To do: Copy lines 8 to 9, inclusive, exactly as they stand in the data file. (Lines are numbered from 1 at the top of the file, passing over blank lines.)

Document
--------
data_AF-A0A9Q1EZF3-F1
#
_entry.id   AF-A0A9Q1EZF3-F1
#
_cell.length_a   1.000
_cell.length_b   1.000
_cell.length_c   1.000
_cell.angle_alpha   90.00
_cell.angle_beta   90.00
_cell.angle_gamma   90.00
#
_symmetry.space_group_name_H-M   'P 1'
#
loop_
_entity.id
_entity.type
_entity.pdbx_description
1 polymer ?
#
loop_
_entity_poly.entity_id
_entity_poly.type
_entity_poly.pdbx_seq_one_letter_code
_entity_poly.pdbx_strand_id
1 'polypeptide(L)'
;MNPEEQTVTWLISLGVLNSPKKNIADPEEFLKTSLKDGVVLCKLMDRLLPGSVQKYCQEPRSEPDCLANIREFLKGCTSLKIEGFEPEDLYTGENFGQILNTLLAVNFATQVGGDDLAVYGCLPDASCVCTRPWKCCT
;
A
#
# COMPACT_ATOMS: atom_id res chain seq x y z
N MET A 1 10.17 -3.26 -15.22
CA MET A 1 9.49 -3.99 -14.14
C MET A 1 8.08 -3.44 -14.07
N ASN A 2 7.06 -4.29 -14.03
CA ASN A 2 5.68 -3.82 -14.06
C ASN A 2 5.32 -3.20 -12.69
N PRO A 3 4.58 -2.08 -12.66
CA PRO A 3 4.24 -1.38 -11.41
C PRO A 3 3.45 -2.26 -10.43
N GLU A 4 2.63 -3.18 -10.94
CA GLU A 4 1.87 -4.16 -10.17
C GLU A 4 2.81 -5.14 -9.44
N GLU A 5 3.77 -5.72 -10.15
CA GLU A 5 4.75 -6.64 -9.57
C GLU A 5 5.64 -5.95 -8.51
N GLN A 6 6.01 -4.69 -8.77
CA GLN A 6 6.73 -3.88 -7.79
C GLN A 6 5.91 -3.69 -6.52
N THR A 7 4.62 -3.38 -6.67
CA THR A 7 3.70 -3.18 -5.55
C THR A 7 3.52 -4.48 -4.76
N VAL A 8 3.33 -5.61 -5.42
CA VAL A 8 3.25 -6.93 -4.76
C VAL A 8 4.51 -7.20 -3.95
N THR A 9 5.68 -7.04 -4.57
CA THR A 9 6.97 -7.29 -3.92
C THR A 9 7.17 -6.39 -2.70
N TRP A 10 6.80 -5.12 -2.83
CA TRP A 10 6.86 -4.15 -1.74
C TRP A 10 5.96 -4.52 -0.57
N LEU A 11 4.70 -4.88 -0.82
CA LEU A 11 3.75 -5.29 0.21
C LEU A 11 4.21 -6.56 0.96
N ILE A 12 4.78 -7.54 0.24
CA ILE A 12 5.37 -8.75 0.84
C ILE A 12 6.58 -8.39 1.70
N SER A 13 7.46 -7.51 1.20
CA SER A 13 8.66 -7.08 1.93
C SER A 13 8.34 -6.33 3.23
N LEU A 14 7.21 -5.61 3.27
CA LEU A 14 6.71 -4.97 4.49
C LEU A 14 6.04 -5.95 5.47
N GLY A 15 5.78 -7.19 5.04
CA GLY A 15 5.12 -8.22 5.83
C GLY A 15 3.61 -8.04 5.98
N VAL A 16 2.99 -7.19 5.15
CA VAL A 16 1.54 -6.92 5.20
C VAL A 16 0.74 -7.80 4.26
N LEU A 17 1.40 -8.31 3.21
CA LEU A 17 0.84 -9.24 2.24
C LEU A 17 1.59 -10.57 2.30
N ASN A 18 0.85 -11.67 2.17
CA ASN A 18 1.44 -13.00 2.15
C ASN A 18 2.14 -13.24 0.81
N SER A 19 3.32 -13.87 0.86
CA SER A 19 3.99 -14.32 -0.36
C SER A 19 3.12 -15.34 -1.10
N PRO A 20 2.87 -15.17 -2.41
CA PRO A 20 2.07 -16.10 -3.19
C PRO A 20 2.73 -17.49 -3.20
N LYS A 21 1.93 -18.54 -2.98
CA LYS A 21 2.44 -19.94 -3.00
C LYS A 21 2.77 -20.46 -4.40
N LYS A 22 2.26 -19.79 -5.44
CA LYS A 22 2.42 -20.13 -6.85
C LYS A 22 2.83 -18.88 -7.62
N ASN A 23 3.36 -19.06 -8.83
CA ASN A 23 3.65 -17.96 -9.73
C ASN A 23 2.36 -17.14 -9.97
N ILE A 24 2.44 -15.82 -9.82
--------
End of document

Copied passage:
_cell.angle_alpha   90.00
_cell.angle_beta   90.00